Afghanistan's government continues to lose ground to the Taliban, a Pentagon watchdog says, noting Kabul now controls or influences just 56 percent of the country's districts.
That is the lowest level recorded since the Special Inspector General for Afghanistan Reconstruction, or SIGAR, began tracking district control in November 2015.
The figures suggest President Donald Trump's strategy for Afghanistan, unveiled 14 months ago, is not resolving the U.S. stalemate with the Taliban.
The Taliban now controls or influences 12 percent of Afghanistan's districts, with 32 percent of the districts controlled by neither the Afghan government nor the insurgents.
The situation looks slightly better when viewed through population control: 65 percent of Afghans live in areas controlled by Kabul, according to SIGAR.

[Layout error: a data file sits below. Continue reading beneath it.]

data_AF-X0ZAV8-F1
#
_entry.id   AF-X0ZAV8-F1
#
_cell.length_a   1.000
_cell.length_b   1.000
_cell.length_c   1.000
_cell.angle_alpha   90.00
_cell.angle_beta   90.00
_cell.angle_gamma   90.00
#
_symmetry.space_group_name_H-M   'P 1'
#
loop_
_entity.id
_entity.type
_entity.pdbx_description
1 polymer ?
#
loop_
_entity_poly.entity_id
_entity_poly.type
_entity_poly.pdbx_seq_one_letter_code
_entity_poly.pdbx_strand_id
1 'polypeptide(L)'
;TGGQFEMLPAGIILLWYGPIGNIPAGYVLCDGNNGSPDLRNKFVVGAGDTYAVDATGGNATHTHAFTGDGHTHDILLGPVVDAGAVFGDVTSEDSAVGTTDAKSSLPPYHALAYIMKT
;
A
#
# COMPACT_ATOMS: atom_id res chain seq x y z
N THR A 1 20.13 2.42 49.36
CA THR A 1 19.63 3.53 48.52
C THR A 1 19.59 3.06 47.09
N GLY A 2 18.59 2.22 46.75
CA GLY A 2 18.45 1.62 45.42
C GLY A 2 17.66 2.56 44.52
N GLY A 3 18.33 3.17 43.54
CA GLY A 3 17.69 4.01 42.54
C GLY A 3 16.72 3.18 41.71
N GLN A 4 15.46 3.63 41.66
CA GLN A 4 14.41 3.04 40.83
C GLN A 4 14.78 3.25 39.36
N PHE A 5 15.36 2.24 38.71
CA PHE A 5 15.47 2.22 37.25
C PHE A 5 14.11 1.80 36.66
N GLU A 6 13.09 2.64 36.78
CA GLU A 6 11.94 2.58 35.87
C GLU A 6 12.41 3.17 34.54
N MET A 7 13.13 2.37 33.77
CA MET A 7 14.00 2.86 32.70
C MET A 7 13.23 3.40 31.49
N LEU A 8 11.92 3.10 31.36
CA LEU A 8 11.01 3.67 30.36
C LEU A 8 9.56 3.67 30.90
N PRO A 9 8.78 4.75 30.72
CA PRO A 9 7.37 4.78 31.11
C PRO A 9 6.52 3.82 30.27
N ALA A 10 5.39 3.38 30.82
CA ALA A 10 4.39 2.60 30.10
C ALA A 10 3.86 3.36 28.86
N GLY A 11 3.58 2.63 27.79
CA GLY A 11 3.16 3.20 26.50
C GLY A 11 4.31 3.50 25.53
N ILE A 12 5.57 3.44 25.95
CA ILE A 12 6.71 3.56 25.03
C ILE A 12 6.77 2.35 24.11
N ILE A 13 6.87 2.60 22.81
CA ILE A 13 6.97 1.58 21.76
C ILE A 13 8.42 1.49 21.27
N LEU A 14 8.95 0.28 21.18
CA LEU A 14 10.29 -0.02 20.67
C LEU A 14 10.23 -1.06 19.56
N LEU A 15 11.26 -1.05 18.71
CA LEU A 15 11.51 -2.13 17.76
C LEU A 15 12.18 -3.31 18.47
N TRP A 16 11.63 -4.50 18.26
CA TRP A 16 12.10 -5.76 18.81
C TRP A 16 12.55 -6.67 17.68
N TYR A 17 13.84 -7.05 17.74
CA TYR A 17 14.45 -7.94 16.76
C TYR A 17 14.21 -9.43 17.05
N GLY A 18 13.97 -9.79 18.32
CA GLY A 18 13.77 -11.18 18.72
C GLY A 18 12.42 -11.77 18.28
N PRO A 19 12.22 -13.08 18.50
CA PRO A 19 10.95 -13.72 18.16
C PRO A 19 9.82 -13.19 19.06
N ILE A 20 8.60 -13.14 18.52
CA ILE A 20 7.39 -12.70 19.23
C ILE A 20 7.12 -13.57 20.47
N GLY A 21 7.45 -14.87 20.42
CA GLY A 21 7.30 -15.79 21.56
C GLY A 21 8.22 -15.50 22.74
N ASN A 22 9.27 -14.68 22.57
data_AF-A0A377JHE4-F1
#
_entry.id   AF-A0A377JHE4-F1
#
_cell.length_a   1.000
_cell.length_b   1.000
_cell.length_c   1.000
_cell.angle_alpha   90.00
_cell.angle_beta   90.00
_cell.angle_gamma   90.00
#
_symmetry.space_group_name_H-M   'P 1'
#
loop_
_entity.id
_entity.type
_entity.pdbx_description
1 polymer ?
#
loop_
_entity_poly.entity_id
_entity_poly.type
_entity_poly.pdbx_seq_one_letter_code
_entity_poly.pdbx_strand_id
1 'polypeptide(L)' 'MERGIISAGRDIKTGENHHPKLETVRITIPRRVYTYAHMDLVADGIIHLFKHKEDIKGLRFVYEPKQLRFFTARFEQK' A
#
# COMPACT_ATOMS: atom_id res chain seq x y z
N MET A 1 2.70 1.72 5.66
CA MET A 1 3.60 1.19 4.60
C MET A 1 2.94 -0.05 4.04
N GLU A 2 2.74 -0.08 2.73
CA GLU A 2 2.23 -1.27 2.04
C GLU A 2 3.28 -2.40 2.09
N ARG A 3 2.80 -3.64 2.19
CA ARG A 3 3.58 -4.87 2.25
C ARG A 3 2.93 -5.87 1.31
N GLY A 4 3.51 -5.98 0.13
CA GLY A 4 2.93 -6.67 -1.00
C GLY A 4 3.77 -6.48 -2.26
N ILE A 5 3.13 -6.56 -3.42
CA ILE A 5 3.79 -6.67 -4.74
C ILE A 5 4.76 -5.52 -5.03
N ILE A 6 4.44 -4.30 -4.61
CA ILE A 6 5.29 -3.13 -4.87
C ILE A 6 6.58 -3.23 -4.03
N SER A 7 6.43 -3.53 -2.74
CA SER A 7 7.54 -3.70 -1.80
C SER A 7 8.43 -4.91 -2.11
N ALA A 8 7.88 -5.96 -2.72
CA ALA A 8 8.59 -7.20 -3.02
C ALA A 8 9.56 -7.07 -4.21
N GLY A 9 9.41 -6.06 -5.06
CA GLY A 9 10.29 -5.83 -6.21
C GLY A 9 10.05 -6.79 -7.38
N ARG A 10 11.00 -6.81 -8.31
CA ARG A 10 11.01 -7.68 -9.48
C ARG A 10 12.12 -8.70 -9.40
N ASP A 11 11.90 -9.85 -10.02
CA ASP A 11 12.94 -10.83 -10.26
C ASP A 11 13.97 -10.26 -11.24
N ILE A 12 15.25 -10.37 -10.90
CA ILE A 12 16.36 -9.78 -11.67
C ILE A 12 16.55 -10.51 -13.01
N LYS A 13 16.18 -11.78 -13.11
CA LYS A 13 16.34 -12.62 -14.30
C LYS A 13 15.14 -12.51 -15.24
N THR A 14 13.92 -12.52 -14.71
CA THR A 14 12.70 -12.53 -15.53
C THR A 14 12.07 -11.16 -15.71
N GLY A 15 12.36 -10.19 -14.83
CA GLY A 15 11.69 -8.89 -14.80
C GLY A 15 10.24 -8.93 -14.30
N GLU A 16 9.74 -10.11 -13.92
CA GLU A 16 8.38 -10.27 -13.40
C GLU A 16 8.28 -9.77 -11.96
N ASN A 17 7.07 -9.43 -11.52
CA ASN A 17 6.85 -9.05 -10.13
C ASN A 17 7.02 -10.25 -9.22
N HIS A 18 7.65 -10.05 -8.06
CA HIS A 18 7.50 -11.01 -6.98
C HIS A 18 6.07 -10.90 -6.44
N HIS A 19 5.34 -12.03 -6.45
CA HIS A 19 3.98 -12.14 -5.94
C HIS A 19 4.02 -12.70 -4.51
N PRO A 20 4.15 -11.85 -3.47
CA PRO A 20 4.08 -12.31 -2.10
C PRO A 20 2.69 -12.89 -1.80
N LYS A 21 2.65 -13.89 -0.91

U.S. and Taliban officials have been engaging in preliminary talks aimed at resolving the 17-year-old conflict. But it's not clear how much progress has resulted from those talks, and the violence has not stopped.
The U.S.-led coalition continues to drop an unprecedented number of bombs. If trends continue, 2018 likely will see the heaviest U.S.-led aerial bombing campaign since the start of the war.
Last month, Scott Miller, the top U.S. general in Afghanistan, survived a Taliban attack that killed Abdul Raziq, a top police general in Kandahar.
Afghan forces have been the hardest hit, taking on so many casualties that U.S. and Afghan officials decided last year to stop releasing the number of Afghan forces killed and wounded.
Though that data is still withheld, U.S. officials told SIGAR that the average number of Afghan casualties from May 1 to October 1 2018 "is the greatest it has ever been during like periods."